Clear Creek teachers and support staff have asked the school board for salary increases in the 2022-23 school year, saying they would like to earn salaries that show that district officials appreciate them and would allow them an opportunity to live where they work.
Teachers asked for a 15% salary increase for the 2022-23 school year, while the support staff asked to increase their hourly wage to $20.
Several teachers, including representatives of the Clear Creek County Education Association, and education support professionals spoke at the March 15 meeting, explaining that while they loved their jobs, they needed to be paid not just a living wage, but what one educator called a professional wage.
Hollie Harlan, the school district’s chief financial officer, estimates that it would cost the district about $1.2 million each year to provide the requested raises to all staff.
Teachers said while Clear Creek teachers make more than Platte Canyon School District teachers, the cost of living in Clear Creek and Jefferson counties is much higher than in Park County.
This year in Clear Creek, a starting teacher with a bachelor’s degree and no teaching experience earns $38,709, while the starting salary in Jeffco Public Schools is $43,274 and in Platte Canyon is $37,030.
A 15% increase would bring the starting salary for Clear Creek teachers to $44,515 in the 2022-23 school year.
The Clear Creek County Education Association will be negotiating for salaries, step increases and benefits in the coming months. The association submitted a petition signed by about 95% of the teaching staff asking for the 15% raises.
Officials say educator salaries don’t indicate their value to the district.
District staff missed out on raises on and off over the last decade when the district didn’t have money in its budget to afford raises. However, the district made salary increases a priority since 2016-17, when a teacher with a bachelor’s degree and no experience had a starting salary of $32,000.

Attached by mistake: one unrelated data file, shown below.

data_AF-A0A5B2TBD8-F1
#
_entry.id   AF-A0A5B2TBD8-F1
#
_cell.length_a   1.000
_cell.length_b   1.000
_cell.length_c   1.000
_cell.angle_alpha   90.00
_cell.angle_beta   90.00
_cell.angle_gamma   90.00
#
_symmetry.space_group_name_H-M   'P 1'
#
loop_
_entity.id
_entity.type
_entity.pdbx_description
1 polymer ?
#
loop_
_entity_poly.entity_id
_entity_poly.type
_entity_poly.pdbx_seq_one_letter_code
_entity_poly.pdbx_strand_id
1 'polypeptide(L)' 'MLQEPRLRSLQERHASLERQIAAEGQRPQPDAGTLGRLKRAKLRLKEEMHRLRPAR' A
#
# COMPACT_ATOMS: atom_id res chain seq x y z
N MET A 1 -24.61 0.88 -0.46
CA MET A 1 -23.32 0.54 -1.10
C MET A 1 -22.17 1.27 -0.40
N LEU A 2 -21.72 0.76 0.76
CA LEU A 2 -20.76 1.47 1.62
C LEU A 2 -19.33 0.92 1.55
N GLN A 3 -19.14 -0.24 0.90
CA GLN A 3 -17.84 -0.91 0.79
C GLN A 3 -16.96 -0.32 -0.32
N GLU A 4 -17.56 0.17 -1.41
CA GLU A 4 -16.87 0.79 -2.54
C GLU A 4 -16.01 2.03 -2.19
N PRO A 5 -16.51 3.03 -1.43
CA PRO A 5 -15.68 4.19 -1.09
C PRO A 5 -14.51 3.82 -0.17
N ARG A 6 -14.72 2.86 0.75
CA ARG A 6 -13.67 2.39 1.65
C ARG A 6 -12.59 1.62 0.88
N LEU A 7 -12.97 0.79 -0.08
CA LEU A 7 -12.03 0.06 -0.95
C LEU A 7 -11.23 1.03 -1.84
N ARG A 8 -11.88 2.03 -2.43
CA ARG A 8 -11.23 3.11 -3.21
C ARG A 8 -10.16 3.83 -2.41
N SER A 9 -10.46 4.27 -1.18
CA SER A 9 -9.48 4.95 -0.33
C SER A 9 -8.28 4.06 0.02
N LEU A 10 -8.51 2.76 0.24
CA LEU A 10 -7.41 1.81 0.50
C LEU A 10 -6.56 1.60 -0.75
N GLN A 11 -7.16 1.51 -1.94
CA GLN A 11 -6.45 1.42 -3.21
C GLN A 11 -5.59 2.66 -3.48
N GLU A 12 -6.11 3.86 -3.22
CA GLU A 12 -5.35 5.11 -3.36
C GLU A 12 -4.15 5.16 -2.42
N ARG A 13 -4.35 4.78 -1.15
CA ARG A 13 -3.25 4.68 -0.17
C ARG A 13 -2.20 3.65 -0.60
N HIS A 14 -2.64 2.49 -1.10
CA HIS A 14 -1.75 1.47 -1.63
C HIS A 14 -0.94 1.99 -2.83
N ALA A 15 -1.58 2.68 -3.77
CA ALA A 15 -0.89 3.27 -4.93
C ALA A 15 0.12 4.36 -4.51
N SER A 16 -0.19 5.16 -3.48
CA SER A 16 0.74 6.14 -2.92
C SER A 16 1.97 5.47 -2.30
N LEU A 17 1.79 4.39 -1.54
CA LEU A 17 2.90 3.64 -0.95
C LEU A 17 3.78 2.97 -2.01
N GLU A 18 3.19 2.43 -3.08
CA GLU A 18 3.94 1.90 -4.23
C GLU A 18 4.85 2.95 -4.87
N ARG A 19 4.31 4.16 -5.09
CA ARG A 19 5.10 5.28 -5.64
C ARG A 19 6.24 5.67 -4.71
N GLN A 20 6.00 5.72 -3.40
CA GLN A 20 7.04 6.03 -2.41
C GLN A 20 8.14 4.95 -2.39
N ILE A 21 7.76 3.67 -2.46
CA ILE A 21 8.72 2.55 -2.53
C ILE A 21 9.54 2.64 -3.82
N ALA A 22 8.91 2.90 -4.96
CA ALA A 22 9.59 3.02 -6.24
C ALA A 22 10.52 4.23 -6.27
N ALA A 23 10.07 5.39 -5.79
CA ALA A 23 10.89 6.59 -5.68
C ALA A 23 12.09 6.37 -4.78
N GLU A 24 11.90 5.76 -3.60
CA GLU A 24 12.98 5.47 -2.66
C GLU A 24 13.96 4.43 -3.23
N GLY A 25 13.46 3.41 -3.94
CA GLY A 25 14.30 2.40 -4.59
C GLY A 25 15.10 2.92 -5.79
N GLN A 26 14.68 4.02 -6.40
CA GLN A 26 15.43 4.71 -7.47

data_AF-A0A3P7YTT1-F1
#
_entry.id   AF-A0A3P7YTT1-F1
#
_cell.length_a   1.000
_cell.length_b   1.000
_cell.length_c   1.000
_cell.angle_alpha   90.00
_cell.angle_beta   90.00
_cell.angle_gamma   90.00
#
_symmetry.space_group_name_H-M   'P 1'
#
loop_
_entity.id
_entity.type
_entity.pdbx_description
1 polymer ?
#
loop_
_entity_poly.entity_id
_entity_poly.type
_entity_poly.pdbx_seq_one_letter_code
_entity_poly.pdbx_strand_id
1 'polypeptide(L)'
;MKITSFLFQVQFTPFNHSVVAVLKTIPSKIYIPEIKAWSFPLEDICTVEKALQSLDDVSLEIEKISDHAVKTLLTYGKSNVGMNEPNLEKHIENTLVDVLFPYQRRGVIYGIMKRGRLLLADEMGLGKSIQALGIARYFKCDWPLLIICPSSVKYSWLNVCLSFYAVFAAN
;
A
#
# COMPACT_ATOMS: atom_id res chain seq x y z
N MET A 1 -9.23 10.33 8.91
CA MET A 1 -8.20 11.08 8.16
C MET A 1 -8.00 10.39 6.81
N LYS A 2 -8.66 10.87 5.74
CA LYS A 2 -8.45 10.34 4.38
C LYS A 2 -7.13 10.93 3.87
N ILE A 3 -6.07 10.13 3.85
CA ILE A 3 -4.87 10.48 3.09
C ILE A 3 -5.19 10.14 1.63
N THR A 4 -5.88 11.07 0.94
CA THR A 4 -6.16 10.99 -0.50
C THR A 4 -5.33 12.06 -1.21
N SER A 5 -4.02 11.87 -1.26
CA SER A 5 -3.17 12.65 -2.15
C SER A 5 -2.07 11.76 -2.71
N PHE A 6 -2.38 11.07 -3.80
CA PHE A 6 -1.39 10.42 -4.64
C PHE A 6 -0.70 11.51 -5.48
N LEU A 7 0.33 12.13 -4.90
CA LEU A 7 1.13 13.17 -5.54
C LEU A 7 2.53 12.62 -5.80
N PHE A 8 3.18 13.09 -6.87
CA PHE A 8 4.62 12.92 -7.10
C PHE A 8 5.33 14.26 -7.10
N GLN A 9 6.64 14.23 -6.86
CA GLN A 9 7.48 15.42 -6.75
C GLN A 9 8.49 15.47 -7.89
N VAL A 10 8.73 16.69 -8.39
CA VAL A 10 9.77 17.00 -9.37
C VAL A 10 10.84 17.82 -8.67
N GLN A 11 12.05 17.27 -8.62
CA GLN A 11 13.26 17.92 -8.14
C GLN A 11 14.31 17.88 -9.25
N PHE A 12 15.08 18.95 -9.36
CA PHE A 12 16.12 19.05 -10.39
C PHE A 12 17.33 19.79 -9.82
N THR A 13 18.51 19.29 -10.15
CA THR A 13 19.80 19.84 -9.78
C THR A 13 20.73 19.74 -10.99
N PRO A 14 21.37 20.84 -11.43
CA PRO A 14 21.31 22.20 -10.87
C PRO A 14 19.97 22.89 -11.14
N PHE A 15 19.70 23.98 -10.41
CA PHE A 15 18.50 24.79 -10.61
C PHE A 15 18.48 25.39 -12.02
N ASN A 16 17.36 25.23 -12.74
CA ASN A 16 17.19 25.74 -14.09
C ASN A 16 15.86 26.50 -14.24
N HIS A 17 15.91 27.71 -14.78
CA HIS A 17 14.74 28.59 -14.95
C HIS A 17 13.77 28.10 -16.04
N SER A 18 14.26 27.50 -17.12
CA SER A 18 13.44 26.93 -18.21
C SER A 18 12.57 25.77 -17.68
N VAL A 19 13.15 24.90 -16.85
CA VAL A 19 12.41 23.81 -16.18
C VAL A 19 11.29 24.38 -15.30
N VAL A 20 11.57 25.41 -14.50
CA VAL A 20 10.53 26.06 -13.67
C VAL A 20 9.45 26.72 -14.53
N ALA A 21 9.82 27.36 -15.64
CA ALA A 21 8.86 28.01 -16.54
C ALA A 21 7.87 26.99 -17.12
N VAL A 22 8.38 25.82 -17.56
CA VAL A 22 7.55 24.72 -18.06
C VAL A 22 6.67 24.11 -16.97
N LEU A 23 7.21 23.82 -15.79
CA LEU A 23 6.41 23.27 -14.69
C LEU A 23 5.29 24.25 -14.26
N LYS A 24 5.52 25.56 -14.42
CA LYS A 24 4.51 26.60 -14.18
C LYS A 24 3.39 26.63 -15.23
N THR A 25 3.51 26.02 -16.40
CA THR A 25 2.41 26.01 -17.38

Polly Fisher, president of CCCEA, reminded the board that the district has lost teachers because of the low pay, and teachers have worked to help the district pass the last two bond requests from voters to improve school buildings. Teachers also have helped find ways to increase enrollment, which is the basis for much of the district’s state funding.
“We hope you will take the necessary and appropriate action to increase salaries,” Fisher told the board. “Please invest in educators.”
Teachers got a 3.5% salary increase for 2021-22, when consumer prices were up 6.8% in 2021. Teacher Tina Matthew said educators would be forced to leave for other districts if changes aren’t made, she noted.
According to the salary schedule on the school district website, classified staff members in their first year with the district are paid anywhere from about $15 to $19 per hour depending on the job.
As teachers have gotten raises, other staff throughout the district have gotten corresponding percentage increases.
Pippi Graham, a special education support educator, presented a petition signed by 39 support staff, asking for the raise to $20 per hour. She told the board that she knows people who have taken jobs elsewhere rather than with the school district because of the pay.
“We work hard to make sure all of our students get what they deserve,” Graham said. “Many of us have one or more additional jobs just to survive.”
Some of the support staff have children who qualify for free or reduced lunch prices in school, and some are using local food banks to make ends meet.
“We feel it is necessary (to get higher salaries) to attract and retain support professionals that our students, staff and community deserve,” special education paraprofessional Melanie Leatherwood said, noting that they could work elsewhere for higher pay. “Why are we here instead, the answer is simple. We are here because we care. We made a choice to be here, to guide and to serve the next generations to the best of our abilities.”